State v. Carter

Annotate this Case

776 P.2d 886 (1989)

STATE of Utah, Plaintiff and Appellee, v. Douglas CARTER, Defendant and Appellant.

No. 860063.

Supreme Court of Utah.

May 12, 1989.

As Amended May 12, 1989.

*888 Gary Weight, James P. Rupper, Thomas H. Means, Provo, for defendant and appellant.

R. Paul Van Dam, Sandra L. Sjogren, Salt Lake City, for plaintiff and appellee.

Lionel H. Frankel, Salt Lake City, for ACLU.

*887 HALL, Chief Justice:

On February 27, 1985, Eva Oleson was found dead in her home. Following an investigation, defendant was arrested in Nashville, Tennessee, and charged with the murder. After confessing to officers that he committed the crime, defendant was extradited to Provo, Utah, where he was tried and convicted of first degree murder and sentenced to death.

Defendant's original appellate counsel filed two briefs on appeal. After defendant filed a pro se motion with this Court, replacement counsel was appointed to brief additional issues defendant raised. Also, the American Civil Liberties Union was permitted to file an amicus brief in this case.

In reaching the issues on appeal, we reiterate that

[t]his Court will review errors raised and briefed on appeal in death penalty cases, even though no proper objection was made at trial, but will reverse a conviction based upon such errors only if they meet the manifest and prejudicial error standard. In addition, this Court has the power to notice manifest ("palpable") error apparent in the record and correct a conviction based upon the same if the error is prejudicial, even though such error is not objected to at trial or assigned on appeal.[1]

In addition to correctly reflecting this Court's responsibility and approach in reviewing death penalty cases, this rule also impliedly recognizes another established principle generally applicable to all civil and criminal cases, namely, that this Court need not analyze and address in writing each and every argument, issue, or claim raised and properly before us on appeal. Rather, it is a maxim of appellate review that the nature and extent of an opinion rendered by an appellate court is largely discretionary with that court.[2]

This was essentially the view of the North Carolina Supreme Court in stating:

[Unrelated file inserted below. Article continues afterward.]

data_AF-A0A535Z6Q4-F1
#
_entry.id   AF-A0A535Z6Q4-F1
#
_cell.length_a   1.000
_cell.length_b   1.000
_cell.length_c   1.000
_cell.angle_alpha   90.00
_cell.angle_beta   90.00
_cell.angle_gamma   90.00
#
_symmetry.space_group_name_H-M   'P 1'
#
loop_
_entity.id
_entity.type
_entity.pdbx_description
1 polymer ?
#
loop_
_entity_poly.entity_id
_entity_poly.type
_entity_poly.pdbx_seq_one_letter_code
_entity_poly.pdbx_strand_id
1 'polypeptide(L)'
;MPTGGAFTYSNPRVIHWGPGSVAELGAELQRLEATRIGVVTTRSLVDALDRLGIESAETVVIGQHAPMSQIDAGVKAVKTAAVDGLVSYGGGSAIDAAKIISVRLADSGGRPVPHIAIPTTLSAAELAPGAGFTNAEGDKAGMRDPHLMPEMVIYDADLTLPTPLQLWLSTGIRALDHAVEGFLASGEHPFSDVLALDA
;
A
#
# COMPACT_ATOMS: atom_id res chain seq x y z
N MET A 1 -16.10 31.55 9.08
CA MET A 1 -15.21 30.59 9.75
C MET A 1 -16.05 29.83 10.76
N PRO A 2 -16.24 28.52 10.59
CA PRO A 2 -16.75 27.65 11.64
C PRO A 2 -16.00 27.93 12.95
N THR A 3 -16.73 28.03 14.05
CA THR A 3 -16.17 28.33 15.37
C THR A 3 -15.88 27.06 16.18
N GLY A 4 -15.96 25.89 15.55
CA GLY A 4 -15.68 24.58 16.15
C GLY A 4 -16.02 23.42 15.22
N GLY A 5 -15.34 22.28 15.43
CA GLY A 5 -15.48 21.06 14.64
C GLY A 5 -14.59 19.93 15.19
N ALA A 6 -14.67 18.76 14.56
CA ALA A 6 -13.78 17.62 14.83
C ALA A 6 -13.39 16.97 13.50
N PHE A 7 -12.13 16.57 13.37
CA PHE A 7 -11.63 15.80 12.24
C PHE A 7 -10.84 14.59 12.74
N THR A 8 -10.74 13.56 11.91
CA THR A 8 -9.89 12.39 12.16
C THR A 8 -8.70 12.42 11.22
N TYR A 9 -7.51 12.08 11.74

It is our duty to decide all cases brought before us, but whether a written opinion shall be filed is entirely within our discretion. A failure to do so is in no sense a reflection upon counsel, nor is it any *889 criterion as to the ability or learning with which the case may have been argued. It simply means that we do not think it necessary... . If the essential principles upon which a case depends have been already settled, we can add but little, if anything, to what has already been said; while the discussion of questions not essential to its determination, even if argued by counsel, may well be omitted in the interest of time and space.[3]

Similarly, in holding that California's constitution did not require its appellate courts to "set forth and dispose of, seriatim, each and every item which appellant's counsel chooses to characterize as an `issue' in the case," the California Court of Appeals eloquently stated:

Our statement that these other contentions `did not merit discussion' is an indication that we necessarily and carefully analyzed the contentions in order to reach that conclusion... . ... . In an era in which there is concern that the quality of justice is being diminished by appellate backlog with its attendant delay, which in turn contributes to a lack of finality of judgment, it behooves us as an appellate court to "get to the heart" of cases presented and dispose of them expeditiously. Unnecessary verbiage and redundant literary exercises are counter-productive.[4]

In applying this principle to cases before us, we have, after fully considering the substance of particular claims raised on appeal, summarily (and often without written analysis) dismissed the same as meritless or of no effect.[5] Use of this rule in capital punishment and other cases continues to be appropriate and important in acknowledging established principles while enabling this Court, after fair and comprehensive review, to expeditiously focus judicial resources and energy on those critical or outcome-determinative issues which may be raised in any given case and/or which have not in substance been previously urged upon this Court and rejected.[6] Accordingly, after fully reviewing every claim raised in the instant case, we discuss at length only those issues critical to this appeal.[7]

Defendant claims that the trial court erred by not suppressing his confession. Several months after the murder occurred, Tennessee police officers received information from an anonymous source that defendant was at a female friend's Nashville residence. After confirming that defendant was wanted in connection with the case, officers proceeded to the friend's residence and there arrested defendant.

At the hearing on defendant's motion to suppress, a Nashville police officer testified that he gave defendant a Miranda warning *890 after arresting him. At the police station later that day, he again advised defendant of his Miranda rights and obtained a written waiver of those rights from him. The officer then questioned defendant for several hours over the next two days; during those times, defendant was allowed to smoke, drink water, and use restroom facilities.

The officer testified that he did not threaten defendant. He also denied that he used the friend's situation or that of her children in any manner to intimidate defendant into confessing, stating that he offered information about her status only in response to defendant's frequent questions regarding her.